From ongoing lockdowns in Shanghai to JP Morgan’s public slip-up – Here is your May 11 news briefing

From ongoing lockdowns in Shanghai to JP Morgan’s public slip-up – Here is your May 11 news briefing
FILE PHOTO: A resident looks out through a gap in the barrier at a residential area during lockdown, amid the coronavirus disease (COVID-19) pandemic, in Shanghai, China, May 6, 2022. REUTERS/Aly Song/File Photo

To start off, we’re looking into:

Shanghai citizens see “no end in sight”

FILE PHOTO: A resident is seen behind barriers sealing off an area under lockdown amid the coronavirus disease (COVID-19) pandemic, in Shanghai, China April 14, 2022. REUTERS/Aly Song

China has been seeing a consecutive drop in COVID cases lately. Yet, authorities have continued to tighten measures (on top of Shanghai’s lockdowns) to achieve the government’s COVID-zero policy. Now videos about the tightened policies have been going around on China’s social media platforms – and some of them have sparked public outrage.

In one viral video, officials in hazmat suits break down an apartment door to take one of the residents to a quarantine facility. Meanwhile, the WHO director general has urged China to rethink its strategy.

Hong Kong quarantine-free travel?

Hong Kong borders
FILE PHOTO: A Cathay Pacific aircraft takes off at the airport, during the coronavirus disease (COVID-19) pandemic in Hong Kong, China, March 31, 2022. REUTERS/Tyrone Siu/File Photo

When China and Hong Kong talked about prerequisites to open borders quarantine-free late last year, one of them was “no local infections for a while.” Hong Kong then faced its deadliest virus outbreak, which derailed these talks. Now, despite recent fluctuations in case numbers, the city is more or less on track for recovery.

With that, on Tuesday, Chief Executive Carrie Lam has said that either she or her incoming successor, John Lee, will need to talk to Beijing about whether the COVID-zero policy is non-negotiable. A date for these talks isn’t set yet, as China is currently going through its worst outbreak since the beginning of the pandemic.

Elon says he’d reverse Trump’s 2021 Twitter ban

JP Morgan China
FILE PHOTO: U.S. President Donald Trump and Elon Musk are seen at the Firing Room Four after the launch of a SpaceX Falcon 9 rocket and Crew Dragon spacecraft on NASA’s SpaceX Demo-2 mission to the International Space Station from NASA’s Kennedy Space Center in Cape Canaveral, Florida, U.S. May 30, 2020. REUTERS/Jonathan Ernst

As many of us remember, Twitter permanently suspended former US President Trump from the platform in January 2021 following the attack on the US Capitol, which was led by his MAGA supporters.

In a summit about the future of cars on Tuesday, Elon Musk said he would reverse the 2021 Twitter ban on Donald Trump if it were up to him. And, assuming this whole US$44 billion purchase goes smoothly, it’s about to be up to him.

His argument? Permanent bans undermine trust in Twitter, and, in this instance, it didn’t actually diminish Trump’s voice; it just made it so that he was really only talking to people on the far right.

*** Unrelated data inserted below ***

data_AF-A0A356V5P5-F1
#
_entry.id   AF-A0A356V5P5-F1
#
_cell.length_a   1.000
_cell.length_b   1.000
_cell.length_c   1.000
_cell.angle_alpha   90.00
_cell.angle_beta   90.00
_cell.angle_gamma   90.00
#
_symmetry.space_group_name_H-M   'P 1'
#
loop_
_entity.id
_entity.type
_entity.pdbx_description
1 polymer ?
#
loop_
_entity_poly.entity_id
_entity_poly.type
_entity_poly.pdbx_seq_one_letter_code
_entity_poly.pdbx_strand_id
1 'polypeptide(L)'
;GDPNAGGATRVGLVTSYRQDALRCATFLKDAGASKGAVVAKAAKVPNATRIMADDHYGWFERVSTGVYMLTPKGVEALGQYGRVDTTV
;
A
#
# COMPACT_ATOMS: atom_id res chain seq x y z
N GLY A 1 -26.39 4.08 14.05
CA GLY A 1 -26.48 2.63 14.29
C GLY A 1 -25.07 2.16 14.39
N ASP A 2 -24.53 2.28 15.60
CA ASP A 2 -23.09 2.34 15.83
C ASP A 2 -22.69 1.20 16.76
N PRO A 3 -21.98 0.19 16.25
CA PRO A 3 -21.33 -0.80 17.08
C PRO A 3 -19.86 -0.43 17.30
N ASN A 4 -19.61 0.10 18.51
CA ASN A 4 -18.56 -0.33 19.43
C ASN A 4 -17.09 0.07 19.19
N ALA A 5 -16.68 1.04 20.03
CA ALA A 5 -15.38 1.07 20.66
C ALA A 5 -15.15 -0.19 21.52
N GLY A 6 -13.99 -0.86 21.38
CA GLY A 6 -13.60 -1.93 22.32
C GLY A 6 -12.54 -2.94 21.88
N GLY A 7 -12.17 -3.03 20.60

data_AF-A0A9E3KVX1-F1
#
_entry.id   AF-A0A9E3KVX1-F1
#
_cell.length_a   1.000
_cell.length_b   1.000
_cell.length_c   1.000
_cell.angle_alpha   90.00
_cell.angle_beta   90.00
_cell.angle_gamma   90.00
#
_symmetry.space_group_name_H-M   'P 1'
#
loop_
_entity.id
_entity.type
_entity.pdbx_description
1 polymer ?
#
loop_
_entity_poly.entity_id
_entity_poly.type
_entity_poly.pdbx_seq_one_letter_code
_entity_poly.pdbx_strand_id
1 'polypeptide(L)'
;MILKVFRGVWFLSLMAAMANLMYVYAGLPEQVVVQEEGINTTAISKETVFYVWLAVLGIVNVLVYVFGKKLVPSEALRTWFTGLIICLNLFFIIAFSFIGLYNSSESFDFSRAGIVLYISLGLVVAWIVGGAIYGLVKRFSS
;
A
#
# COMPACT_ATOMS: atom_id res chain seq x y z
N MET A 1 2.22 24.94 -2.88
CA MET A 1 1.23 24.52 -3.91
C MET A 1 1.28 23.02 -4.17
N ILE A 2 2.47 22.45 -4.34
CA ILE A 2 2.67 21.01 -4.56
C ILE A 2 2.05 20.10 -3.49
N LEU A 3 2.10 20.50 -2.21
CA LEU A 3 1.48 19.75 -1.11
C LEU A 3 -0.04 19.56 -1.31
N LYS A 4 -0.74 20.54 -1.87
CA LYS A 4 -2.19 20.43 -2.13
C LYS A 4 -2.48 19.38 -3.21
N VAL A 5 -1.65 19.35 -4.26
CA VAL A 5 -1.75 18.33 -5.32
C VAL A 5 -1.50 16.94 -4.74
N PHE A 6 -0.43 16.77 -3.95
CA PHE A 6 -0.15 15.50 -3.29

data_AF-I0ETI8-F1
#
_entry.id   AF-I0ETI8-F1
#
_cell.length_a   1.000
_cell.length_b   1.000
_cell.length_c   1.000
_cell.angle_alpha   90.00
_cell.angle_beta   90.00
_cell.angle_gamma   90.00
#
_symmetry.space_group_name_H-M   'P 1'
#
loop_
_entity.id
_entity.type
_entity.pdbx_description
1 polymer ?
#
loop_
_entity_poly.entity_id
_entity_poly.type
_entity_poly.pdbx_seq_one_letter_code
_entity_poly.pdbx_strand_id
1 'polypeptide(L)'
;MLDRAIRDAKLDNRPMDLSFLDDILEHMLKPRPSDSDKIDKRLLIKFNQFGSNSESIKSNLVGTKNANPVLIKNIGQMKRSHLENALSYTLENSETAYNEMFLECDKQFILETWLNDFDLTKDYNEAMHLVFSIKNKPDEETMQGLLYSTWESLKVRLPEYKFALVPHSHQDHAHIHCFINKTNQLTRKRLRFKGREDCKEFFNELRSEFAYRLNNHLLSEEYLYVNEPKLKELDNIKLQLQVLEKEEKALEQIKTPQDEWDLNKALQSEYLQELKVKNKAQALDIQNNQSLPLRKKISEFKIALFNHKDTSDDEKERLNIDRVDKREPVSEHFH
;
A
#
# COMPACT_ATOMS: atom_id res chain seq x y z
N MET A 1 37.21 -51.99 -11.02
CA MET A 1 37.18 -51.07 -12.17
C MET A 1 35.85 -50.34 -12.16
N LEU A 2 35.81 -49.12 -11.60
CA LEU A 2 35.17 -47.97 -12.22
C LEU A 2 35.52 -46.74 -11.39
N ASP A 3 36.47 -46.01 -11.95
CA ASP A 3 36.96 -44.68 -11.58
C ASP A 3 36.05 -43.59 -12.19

JP Morgan’s public slip-up

JP Morgan China
The office of the locally incorporated JPMorgan Chase Bank in Beijing 11 October 2007. JPMorgan Chase Bank has received approval from the China Banking Regulatory Commission to establish a locally incorporated bank in China, the first time that the commission has granted a foreign bank approval to incorporate in Beijing. AFP PHOTO (Photo credit should read STR/AFP/Getty Images)

We know that even with our 10 news sources and wires and countless rounds of editing, we still make the occasional boo-boo.

What about you? Ever made a typo in a text? That’s not so bad. An email? Mmm … that’s a little worse. What about a document by JP Morgan Chase & Co labeling Chinese internet companies “uninvestable” when what you really meant was “unattractive”? Really, really bad.

And that’s precisely what happened, and the mistake led investors to pull about US$200 billion from the market and sent JP Morgan into apology mode, saying that it was just a content error, not a conclusion from their analysis.

To end, we’ll look into:

Some shameful stats about our productivity

You can lead a horse to water – but what if he isn’t sure if he wants water … or tea … or coffee … or …

With that, we’ve got some stats for you from Quartz.

  • 150 minutes: Time spent each week deciding what to eat
  • 90-115 minutes: Time spent each week deciding what to wear
  • 50 minutes: Time spent each week deciding what to watch on Netflix

So, we’ll just leave it at that.

In other news …

🇫🇷According to the Élysée presidential office, Macron and Xi spoke on the phone on Tuesday to discuss the need for a ceasefire in Ukraine.

🇱🇰Sri Lanka’s in serious economic trouble, which has led to calls for the president to resign. On Monday, the prime minister (his brother) did just that, but anti-government protests have continued. Now troops have been ordered to open fire on looters and vandals.

✈️Emirates Airline’s CEO has stood by its decision to continue flights to Russia. His reason is that the people and government decisions should not be put together.

🎨Andy Warhol’s Shot Sage Blue Marilyn sold at Christie’s in New York for US$195 million, breaking the record for the most expensive American artwork ever sold.

💰Grindr is going public in a US$2.1 billion SPAC deal.

🏭Sony is making fewer of its PlayStation 5 because of supply-chain issues.

🎵It is the end of the iPod – the last iPod touch is being discontinued, and Apple announced it will sell the remaining stock while supplies last.

Written and put together by Jake Shropshire, Christine Dulion, Julianna Barcela and Krystal Lai